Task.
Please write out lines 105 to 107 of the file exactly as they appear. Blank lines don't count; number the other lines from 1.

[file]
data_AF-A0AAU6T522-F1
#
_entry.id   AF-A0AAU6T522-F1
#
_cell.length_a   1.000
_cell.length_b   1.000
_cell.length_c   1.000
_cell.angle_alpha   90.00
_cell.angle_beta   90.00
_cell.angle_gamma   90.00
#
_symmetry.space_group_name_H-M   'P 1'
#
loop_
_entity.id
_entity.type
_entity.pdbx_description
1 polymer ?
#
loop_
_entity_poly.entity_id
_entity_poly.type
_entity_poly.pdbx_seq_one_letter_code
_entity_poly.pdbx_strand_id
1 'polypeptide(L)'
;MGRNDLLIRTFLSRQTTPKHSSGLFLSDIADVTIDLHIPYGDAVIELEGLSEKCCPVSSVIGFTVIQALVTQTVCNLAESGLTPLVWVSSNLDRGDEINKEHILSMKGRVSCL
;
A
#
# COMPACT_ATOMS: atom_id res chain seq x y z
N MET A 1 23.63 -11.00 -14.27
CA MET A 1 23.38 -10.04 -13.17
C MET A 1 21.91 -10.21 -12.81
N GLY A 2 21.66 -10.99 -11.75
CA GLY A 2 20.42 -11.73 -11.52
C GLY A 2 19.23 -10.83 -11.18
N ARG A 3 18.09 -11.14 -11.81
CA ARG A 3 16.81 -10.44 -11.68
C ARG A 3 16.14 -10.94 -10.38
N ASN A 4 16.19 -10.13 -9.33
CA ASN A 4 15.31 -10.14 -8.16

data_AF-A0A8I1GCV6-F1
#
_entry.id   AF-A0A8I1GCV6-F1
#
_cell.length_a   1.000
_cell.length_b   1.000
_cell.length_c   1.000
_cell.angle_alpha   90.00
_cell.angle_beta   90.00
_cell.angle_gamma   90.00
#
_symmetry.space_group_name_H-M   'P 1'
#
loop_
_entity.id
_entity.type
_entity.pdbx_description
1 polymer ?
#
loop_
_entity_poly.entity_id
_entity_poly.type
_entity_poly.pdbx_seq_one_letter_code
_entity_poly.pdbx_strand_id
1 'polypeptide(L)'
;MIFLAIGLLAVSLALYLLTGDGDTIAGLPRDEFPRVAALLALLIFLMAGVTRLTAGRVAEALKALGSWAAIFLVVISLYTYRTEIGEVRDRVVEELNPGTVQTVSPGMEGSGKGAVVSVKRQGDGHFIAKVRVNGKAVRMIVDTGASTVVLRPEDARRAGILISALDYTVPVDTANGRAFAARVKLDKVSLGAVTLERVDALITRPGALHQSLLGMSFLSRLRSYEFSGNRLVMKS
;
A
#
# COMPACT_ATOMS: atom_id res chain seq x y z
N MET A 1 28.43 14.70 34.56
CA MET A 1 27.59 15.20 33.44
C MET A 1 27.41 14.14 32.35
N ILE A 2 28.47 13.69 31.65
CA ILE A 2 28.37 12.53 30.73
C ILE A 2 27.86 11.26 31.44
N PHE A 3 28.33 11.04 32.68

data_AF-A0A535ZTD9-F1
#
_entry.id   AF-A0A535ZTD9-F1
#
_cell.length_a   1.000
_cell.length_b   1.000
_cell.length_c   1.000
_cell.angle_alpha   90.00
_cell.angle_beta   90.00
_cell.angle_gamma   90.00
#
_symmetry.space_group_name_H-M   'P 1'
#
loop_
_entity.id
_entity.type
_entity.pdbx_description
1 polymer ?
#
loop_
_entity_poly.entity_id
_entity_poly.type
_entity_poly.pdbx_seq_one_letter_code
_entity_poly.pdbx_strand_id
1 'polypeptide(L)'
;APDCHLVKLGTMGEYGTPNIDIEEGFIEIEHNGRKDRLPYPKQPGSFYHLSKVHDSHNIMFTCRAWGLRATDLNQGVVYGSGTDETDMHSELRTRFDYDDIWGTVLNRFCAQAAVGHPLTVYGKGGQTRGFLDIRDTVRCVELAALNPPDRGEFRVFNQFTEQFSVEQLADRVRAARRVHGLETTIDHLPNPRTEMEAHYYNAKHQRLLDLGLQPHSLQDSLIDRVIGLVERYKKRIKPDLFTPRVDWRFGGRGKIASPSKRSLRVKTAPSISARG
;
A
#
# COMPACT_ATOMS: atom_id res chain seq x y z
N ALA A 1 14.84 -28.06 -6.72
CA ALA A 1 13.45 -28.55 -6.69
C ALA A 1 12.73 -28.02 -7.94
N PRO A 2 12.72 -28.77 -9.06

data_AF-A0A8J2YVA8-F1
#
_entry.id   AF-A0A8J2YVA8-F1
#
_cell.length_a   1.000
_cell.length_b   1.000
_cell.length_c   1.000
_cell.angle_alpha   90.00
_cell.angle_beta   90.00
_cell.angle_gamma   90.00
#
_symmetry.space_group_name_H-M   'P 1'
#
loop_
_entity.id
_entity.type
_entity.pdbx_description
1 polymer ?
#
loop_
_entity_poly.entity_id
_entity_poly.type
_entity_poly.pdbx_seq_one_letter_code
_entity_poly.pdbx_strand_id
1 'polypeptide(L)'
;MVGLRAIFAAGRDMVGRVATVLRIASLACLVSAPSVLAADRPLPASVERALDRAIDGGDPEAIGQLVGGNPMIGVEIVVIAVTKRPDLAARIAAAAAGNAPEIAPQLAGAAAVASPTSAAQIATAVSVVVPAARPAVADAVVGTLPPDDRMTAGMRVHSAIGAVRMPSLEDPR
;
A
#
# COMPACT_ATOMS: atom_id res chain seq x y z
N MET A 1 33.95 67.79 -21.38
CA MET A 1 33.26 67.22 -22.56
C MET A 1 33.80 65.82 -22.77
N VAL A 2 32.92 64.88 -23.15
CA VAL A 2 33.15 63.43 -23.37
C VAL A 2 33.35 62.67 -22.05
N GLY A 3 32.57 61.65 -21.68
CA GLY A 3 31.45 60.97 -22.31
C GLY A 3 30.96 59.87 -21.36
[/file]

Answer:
;
A
#